Release Date: Apr 21, 2015
Record label: Melvin
Fans of the Turbo Fruits have become accustomed to change, since the group's first three albums each featured a different lineup, with guitarist and singer Jonas Stein the only constant since their formation, but album number four, 2015's No Control, delivers a different sort of change-up. Though Stein is calling himself Jo-Nasty this time out, remarkably enough, No Control features the same musicians as the band's previous long player, 2012's Butter, but where the Turbo Fruits have previously been at their best serving up hard rock in a decidedly '70s manner, here they let loose with their pop influences. The band is still fond of big guitars and vintage fuzzboxes, but No Control suggests Stein and his bandmates are finally coming clean about their love of Badfinger and the Raspberries, and they're having fun with it.
Ah, the maturity record. The one in which the quick-witted snark about wild adventures and consciously dumb decisions evolves into pensive rumination about real-time relationships and how sometimes it kinda sucks being a functional adult. After seven years as a band, Nashville garage rockers Turbo Fruits have finally reached that point. Gone are the 45s emblazoned with pot leaf album art and 7”s pressed on “Sunshine Acid” wax.
A turbo fruit is (obviously) a really fast fruit, but in the plural the Turbo Fruits are an American garage band from Nashville, with a reputation for notoriously wild live shows and frenetic rock songs about girls, drugs and frying their brains. No Control is their fourth album (the last was 2012’s Butter) and going on its’ strong content, suggests this band should not be dismissed as a bunch of wide-eyed, useless stoners. Todd Snider, with whom the band have recently recorded a single (“Why Can’t We Be Friends”) and supported on tour, has said that the Turbo Fruits are one of his favorite rock bands, and you can see why, as No Control has moments of brilliance.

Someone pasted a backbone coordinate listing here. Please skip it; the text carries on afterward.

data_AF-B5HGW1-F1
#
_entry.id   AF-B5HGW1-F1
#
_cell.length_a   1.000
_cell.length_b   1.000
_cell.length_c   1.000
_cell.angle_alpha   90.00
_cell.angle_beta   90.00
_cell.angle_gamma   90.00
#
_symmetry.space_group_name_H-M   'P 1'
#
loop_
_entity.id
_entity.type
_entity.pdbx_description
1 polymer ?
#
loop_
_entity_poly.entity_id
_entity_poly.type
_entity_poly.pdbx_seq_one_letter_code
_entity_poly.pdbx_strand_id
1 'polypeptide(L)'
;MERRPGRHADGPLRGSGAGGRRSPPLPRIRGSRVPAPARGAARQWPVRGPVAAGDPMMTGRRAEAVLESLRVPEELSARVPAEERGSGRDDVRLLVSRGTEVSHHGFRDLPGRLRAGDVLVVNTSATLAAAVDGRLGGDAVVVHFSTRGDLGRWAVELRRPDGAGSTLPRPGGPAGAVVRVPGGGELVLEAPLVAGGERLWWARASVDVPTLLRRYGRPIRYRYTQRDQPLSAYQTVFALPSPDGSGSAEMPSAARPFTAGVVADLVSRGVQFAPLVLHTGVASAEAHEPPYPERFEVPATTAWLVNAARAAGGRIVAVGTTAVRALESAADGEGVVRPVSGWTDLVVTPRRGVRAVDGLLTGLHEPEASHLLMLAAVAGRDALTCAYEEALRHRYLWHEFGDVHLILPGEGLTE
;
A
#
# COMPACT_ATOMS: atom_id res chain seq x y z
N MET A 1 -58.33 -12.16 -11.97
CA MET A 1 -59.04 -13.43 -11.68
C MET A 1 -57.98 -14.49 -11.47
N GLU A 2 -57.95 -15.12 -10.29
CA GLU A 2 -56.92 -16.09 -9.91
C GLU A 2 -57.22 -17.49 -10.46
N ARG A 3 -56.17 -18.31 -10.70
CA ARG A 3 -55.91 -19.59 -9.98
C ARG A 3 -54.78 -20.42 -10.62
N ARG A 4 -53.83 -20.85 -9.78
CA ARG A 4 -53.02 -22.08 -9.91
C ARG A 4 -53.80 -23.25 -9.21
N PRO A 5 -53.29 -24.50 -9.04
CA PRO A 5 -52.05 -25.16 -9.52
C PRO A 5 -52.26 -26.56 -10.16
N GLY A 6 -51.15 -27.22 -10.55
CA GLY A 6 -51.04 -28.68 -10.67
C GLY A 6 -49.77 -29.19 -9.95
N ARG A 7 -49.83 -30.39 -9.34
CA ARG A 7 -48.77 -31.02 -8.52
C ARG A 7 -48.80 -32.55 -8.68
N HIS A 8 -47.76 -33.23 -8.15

Turbo Fruits have come of age, but not in the dramatic, ‘black and white instead of neon’ Blink-182 way, in a calm, decided, ‘just getting on with it’ way. Ploughing through members, changing labels with every record, it must’ve forged a certain attitude. That, and a breakup. Whilst the focus of the record is still on an imperfect love, the nagging of previous output has turned sour, and now frontman Jonas Stein is condemned to reflect.
Like many other current bands from their region, one of the most interesting things about Turbo Fruits is their Tennessee scuzz. As much as the state’s musical identity has been forged on narrative country and Memphis soul, the Fruits, along with geographical and musical contemporaries like Diarrhea Planet and JEFF The Brotherhood, often prefer to do away with lofty genre aspirations in favor of sincerity. And when you’re a young band from the south, sincerity tends to mean gutter-minded riffs, crude production, and lots of misadventure, whether it’s narcotic, alcoholic, or romantic.
Head here to submit your own review of this album. Having already surveyed Pete Dale's latest Milky Wimpshake record this week, it seems the warmer turn in the weather has come at the perfect time, coinciding as it does with two releases by bands named to suggest fields full of ripening strawberries and cool, long drinks in the shade. But whereas the Milky Wimpshake album was a messy gem that proved again that Dale has a little of the Daniel Johnston and a little of the Jeffrey Lewis about him, Jonas Stein of Turbo Fruits inhabits the same head space as the Kooks - if I'm being kind - or Miles Kane, if I'm not.